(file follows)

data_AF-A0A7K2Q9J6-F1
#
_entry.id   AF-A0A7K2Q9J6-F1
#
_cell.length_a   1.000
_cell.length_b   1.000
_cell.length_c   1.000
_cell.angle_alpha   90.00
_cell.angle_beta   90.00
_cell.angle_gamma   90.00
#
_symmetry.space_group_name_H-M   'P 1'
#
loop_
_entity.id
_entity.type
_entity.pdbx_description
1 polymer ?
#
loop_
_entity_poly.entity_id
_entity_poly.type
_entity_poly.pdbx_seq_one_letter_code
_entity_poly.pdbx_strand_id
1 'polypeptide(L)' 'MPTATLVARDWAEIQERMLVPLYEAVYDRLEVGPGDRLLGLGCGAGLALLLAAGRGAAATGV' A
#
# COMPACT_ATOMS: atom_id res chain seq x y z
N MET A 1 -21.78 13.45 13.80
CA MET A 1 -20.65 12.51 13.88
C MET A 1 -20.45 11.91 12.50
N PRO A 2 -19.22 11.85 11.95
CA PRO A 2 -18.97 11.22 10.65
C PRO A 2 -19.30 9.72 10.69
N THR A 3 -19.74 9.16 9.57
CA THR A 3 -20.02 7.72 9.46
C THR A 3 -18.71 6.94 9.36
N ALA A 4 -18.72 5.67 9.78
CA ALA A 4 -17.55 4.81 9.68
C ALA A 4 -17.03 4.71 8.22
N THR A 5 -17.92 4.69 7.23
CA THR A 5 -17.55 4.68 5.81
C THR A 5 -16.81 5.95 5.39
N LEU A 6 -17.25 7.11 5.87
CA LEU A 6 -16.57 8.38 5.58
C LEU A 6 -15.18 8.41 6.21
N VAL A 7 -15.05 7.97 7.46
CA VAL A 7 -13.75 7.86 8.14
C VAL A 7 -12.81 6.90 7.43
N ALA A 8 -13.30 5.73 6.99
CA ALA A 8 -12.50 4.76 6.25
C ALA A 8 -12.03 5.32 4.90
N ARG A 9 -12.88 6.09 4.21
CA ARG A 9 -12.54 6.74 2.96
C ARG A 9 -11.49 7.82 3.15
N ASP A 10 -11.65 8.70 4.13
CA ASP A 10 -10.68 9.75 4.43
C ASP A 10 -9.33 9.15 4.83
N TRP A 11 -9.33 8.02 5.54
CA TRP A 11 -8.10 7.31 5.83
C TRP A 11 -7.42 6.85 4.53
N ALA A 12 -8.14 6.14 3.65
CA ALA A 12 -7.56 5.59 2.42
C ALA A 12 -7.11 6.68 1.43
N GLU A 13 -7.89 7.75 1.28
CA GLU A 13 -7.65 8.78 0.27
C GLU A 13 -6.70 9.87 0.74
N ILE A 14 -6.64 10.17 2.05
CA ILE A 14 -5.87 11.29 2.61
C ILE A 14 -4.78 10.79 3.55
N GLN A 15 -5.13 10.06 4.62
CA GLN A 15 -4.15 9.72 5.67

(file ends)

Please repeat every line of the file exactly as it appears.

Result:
data_AF-A0A7K2Q9J6-F1
#
_entry.id   AF-A0A7K2Q9J6-F1
#
_cell.length_a   1.000
_cell.length_b   1.000
_cell.length_c   1.000
_cell.angle_alpha   90.00
_cell.angle_beta   90.00
_cell.angle_gamma   90.00
#
_symmetry.space_group_name_H-M   'P 1'
#
loop_
_entity.id
_entity.type
_entity.pdbx_description
1 polymer ?
#
loop_
_entity_poly.entity_id
_entity_poly.type
_entity_poly.pdbx_seq_one_letter_code
_entity_poly.pdbx_strand_id
1 'polypeptide(L)' 'MPTATLVARDWAEIQERMLVPLYEAVYDRLEVGPGDRLLGLGCGAGLALLLAAGRGAAATGV' A
#
# COMPACT_ATOMS: atom_id res chain seq x y z
N MET A 1 -21.78 13.45 13.80
CA MET A 1 -20.65 12.51 13.88
C MET A 1 -20.45 11.91 12.50
N PRO A 2 -19.22 11.85 11.95
CA PRO A 2 -18.97 11.22 10.65
C PRO A 2 -19.30 9.72 10.69
N THR A 3 -19.74 9.16 9.57
CA THR A 3 -20.02 7.72 9.46
C THR A 3 -18.71 6.94 9.36
N ALA A 4 -18.72 5.67 9.78
CA ALA A 4 -17.55 4.81 9.68
C ALA A 4 -17.03 4.71 8.22
N THR A 5 -17.92 4.69 7.23
CA THR A 5 -17.55 4.68 5.81
C THR A 5 -16.81 5.95 5.39
N LEU A 6 -17.25 7.11 5.87
CA LEU A 6 -16.57 8.38 5.58
C LEU A 6 -15.18 8.41 6.21
N VAL A 7 -15.05 7.97 7.46
CA VAL A 7 -13.75 7.86 8.14
C VAL A 7 -12.81 6.90 7.43
N ALA A 8 -13.30 5.73 6.99
CA ALA A 8 -12.50 4.76 6.25
C ALA A 8 -12.03 5.32 4.90
N ARG A 9 -12.88 6.09 4.21
CA ARG A 9 -12.54 6.74 2.96
C ARG A 9 -11.49 7.82 3.15
N ASP A 10 -11.65 8.70 4.13
CA ASP A 10 -10.68 9.75 4.43
C ASP A 10 -9.33 9.15 4.83
N TRP A 11 -9.33 8.02 5.54
CA TRP A 11 -8.10 7.31 5.83
C TRP A 11 -7.42 6.85 4.53
N ALA A 12 -8.14 6.14 3.65
CA ALA A 12 -7.56 5.59 2.42
C ALA A 12 -7.11 6.68 1.43
N GLU A 13 -7.89 7.75 1.28
CA GLU A 13 -7.65 8.78 0.27
C GLU A 13 -6.70 9.87 0.74
N ILE A 14 -6.64 10.17 2.05
CA ILE A 14 -5.87 11.29 2.61
C ILE A 14 -4.78 10.79 3.55
N GLN A 15 -5.13 10.06 4.62
CA GLN A 15 -4.15 9.72 5.67